We are now almost 70 years away from the end of World War II, but the spirit that won that war is not forgotten. There are young Veterans living near many of us today who have the sparks of that spirit in them. Maybe they are noted public servants or businesspeople, or maybe they are homeless, but they share an oath of willingness to sacrifice their lives for…what?
This is today’s challenge to Veterans of all eras: make your sacrifice come alive for the rest of us.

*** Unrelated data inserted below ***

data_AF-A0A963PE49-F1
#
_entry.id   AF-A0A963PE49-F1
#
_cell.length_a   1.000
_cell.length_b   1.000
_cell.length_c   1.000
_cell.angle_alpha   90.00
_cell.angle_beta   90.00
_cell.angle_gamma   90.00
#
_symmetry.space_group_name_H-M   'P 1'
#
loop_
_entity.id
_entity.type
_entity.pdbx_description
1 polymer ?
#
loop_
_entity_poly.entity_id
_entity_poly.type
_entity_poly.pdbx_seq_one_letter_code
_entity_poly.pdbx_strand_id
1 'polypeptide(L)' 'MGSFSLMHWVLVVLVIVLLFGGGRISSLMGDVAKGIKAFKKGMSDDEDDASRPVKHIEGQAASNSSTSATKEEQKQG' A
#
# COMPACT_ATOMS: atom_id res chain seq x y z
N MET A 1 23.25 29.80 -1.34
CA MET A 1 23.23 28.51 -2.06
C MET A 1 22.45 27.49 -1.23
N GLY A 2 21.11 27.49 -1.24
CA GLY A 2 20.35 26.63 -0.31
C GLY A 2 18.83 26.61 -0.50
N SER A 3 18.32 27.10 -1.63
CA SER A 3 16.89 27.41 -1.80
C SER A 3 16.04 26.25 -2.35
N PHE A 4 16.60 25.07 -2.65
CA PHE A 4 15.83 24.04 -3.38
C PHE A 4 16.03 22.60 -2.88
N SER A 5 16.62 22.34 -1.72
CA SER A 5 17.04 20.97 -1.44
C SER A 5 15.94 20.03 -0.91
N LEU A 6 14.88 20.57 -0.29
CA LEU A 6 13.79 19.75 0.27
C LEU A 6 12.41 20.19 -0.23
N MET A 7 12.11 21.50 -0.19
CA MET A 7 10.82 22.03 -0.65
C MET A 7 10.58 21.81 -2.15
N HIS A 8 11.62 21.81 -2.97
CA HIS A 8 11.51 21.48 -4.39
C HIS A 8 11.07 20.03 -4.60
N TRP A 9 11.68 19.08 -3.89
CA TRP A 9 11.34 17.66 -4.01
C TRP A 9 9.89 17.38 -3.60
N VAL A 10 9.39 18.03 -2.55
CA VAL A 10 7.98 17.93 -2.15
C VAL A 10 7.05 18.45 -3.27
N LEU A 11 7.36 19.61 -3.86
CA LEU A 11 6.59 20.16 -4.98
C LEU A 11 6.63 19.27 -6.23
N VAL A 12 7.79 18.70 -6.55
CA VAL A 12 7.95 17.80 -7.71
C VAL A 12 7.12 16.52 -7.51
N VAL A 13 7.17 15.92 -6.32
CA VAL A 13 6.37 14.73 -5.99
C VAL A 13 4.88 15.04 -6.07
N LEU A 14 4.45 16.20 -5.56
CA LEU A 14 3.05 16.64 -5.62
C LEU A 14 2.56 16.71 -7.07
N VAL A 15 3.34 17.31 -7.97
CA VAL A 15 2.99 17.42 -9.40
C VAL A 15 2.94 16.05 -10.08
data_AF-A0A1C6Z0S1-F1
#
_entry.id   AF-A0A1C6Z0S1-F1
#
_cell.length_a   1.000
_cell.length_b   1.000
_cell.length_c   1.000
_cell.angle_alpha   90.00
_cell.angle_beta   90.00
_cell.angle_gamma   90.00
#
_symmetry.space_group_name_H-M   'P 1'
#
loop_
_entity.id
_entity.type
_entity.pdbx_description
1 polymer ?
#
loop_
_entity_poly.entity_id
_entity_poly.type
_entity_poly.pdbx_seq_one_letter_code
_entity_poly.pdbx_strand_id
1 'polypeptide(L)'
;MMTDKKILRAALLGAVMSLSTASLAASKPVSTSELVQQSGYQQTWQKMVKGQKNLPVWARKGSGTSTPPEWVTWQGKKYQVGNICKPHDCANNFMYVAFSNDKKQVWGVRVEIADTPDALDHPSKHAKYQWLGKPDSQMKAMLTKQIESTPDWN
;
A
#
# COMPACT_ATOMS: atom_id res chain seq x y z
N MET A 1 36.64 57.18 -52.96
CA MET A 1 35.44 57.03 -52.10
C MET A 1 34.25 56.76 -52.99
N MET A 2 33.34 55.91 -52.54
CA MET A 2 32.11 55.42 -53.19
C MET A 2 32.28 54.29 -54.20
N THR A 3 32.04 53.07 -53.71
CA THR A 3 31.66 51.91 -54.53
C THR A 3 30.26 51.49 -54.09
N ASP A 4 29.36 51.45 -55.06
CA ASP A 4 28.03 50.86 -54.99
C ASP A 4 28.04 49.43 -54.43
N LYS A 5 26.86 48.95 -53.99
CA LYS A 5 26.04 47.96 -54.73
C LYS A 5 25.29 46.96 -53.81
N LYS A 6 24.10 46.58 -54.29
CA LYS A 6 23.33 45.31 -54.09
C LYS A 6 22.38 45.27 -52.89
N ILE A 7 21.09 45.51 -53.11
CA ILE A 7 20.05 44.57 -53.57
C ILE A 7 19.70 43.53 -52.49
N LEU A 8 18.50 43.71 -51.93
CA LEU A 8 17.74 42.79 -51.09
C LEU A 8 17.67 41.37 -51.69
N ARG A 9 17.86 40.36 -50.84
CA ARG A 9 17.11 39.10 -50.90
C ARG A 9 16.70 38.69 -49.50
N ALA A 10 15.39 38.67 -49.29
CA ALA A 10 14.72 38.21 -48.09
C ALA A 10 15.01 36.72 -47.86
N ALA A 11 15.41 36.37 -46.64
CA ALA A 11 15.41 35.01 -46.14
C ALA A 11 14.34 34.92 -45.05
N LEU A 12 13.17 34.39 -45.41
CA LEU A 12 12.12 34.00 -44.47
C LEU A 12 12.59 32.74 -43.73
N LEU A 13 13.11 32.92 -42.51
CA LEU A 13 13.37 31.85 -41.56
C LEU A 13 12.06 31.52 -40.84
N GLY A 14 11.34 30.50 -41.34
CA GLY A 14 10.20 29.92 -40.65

Most people are aware of the invisible wounds of war that afflict so many of our young Veterans today. If you are a young Veteran, take those wounds deeply into your psyche and let them inform the passion with which you tell your story, then tell your story. Tell it to those who love you. Tell it with sensitivity to your loved ones’ ability to digest the tough stuff. Let your friends and family see the angst that goes with being a combatant today — show us the tragedy of having to make instant moral decisions that may or may not be the right ones; show us the pain that goes with having to make those decisions. Show us how to make better choices in civilian life as a result of the ones you had to make in the Service. Show us how to lead, how to mentor, how being a brother or sister on the battlefield can strengthen the ties to friends and family here at home. Sure: you may not get it right the first time, but the people around you here at home need your experience — however horrific — and your openness. We live in an era where the most difficult choices are happening, not in the boardroom or the courthouse or the halls of government, but in the families and communities of military combatants, and we need leadership.